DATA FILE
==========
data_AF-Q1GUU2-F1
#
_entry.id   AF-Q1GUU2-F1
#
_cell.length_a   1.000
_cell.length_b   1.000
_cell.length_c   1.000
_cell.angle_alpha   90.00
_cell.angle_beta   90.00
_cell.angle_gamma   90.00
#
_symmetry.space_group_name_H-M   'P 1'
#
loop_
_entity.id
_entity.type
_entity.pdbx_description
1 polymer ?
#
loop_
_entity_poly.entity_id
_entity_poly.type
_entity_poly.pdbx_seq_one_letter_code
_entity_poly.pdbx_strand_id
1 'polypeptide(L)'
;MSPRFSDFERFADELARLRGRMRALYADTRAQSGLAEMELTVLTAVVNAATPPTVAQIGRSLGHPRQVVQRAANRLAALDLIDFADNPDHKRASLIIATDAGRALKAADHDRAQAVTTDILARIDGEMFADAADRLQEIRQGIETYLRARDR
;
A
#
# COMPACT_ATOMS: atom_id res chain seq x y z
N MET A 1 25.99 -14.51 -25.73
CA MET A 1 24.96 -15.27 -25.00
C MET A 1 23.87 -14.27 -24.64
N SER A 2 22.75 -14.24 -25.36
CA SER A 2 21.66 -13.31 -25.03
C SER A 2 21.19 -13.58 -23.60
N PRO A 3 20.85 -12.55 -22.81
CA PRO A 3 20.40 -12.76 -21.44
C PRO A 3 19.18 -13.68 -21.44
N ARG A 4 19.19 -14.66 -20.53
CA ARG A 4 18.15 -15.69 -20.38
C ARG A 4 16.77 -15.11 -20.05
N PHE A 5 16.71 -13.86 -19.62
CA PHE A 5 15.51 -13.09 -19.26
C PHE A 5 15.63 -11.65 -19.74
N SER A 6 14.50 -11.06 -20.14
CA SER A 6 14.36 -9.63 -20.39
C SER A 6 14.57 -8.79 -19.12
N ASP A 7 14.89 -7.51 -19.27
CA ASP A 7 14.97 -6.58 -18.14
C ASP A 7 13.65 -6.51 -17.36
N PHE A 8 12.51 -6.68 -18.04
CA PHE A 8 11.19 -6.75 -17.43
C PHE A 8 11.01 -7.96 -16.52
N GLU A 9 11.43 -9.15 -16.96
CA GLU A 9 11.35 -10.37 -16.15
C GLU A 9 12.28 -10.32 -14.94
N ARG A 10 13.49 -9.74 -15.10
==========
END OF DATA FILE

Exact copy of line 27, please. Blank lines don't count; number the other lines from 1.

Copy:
;